Objective: Histamine derived from mast cells and basophils plays important roles in inducing allergic symptoms. Although T cells also produce histamine, the involvement of the histamine produced from T cells has remained enigmatic. We sought to reveal the roles of T helper 2 (Th2) cell-derived histamine in nasal allergic disorders.
Methods: The histamine production from Th2 cells was measured by EIA. The mRNA expression of histidine decarboxylase (HDC) was measured by real-time PCR. To investigate the roles of Th2 cell-derived histamine in vivo, we analyzed an antigen-specific Th2 cell transfer mouse model.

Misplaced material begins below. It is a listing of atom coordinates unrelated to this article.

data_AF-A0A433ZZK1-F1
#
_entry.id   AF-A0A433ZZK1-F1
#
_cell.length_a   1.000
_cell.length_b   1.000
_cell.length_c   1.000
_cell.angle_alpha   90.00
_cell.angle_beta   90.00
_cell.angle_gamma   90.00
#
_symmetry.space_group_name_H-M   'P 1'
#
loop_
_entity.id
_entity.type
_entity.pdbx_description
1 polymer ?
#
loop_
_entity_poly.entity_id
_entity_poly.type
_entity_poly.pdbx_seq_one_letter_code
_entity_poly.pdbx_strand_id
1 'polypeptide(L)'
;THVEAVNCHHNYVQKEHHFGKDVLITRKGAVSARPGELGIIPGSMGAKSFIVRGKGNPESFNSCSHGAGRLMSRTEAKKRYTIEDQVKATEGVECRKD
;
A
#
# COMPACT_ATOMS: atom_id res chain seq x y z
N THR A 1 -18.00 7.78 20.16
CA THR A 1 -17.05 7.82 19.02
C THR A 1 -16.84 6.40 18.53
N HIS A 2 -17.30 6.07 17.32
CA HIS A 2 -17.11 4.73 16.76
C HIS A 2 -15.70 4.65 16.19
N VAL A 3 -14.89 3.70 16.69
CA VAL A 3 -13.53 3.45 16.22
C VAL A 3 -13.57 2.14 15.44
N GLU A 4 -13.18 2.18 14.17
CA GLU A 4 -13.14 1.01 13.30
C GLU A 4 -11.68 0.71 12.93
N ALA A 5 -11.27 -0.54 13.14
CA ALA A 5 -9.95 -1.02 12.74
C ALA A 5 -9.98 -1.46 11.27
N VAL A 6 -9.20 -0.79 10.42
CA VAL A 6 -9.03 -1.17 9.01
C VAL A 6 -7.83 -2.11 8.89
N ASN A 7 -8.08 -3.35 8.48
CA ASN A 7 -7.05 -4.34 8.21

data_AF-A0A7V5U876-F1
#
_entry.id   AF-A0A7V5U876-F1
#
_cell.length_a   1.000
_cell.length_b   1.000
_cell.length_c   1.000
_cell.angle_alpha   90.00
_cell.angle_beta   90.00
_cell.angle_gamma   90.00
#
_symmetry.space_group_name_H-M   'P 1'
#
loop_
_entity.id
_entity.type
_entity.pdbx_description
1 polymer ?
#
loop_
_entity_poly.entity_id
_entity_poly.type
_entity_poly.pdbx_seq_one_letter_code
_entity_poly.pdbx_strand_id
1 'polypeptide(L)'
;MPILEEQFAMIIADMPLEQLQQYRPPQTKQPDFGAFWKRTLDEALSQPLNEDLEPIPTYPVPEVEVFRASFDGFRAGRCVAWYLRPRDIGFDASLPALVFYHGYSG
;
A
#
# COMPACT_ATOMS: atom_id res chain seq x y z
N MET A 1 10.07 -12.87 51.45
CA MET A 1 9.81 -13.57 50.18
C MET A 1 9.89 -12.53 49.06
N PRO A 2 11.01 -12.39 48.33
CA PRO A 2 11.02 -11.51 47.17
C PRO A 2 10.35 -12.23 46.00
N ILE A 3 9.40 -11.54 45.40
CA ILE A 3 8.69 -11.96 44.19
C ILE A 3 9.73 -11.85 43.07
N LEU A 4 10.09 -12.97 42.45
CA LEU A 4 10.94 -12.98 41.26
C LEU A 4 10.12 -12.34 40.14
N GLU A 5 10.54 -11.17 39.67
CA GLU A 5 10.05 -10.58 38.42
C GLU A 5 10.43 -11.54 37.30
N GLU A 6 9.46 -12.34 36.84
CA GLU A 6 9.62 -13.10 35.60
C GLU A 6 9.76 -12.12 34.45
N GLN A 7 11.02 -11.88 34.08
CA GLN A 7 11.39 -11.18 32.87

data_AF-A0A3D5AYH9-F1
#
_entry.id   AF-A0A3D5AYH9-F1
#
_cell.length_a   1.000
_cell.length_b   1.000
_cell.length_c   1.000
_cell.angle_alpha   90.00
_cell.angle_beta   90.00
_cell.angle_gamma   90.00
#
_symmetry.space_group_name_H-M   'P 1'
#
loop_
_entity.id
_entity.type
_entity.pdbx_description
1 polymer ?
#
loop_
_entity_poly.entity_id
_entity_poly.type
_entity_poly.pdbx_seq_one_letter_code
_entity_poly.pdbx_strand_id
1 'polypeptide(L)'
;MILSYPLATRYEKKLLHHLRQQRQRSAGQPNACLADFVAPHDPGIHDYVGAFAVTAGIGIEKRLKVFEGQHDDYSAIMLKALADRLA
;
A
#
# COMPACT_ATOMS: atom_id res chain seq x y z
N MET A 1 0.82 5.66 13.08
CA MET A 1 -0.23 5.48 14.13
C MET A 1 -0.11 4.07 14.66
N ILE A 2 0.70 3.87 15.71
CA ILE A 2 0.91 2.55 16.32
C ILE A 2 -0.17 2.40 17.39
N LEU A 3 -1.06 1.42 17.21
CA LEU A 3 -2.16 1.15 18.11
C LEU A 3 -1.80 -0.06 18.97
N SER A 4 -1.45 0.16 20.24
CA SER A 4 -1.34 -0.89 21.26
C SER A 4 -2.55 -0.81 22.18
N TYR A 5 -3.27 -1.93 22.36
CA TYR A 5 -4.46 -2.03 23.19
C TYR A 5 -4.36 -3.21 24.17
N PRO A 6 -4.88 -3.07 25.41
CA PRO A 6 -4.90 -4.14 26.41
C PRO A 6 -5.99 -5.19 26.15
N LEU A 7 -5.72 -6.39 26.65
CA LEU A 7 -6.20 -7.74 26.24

Results: Th2 cells produced histamine by T cell receptor stimulation, and these properties were specific for Th2 cells, but not Th1 cells and naïve CD4 T cells. The histamine produced from Th2 cells was involved in the infiltrations of Th2 cells in response to antigen exposure.
Conclusion: These results suggest that Th2 cell-derived histamine play important roles in nasal allergic disorders.
Keywords: Antigen; Histamine; Histidine decarboxylase; Th2 cell.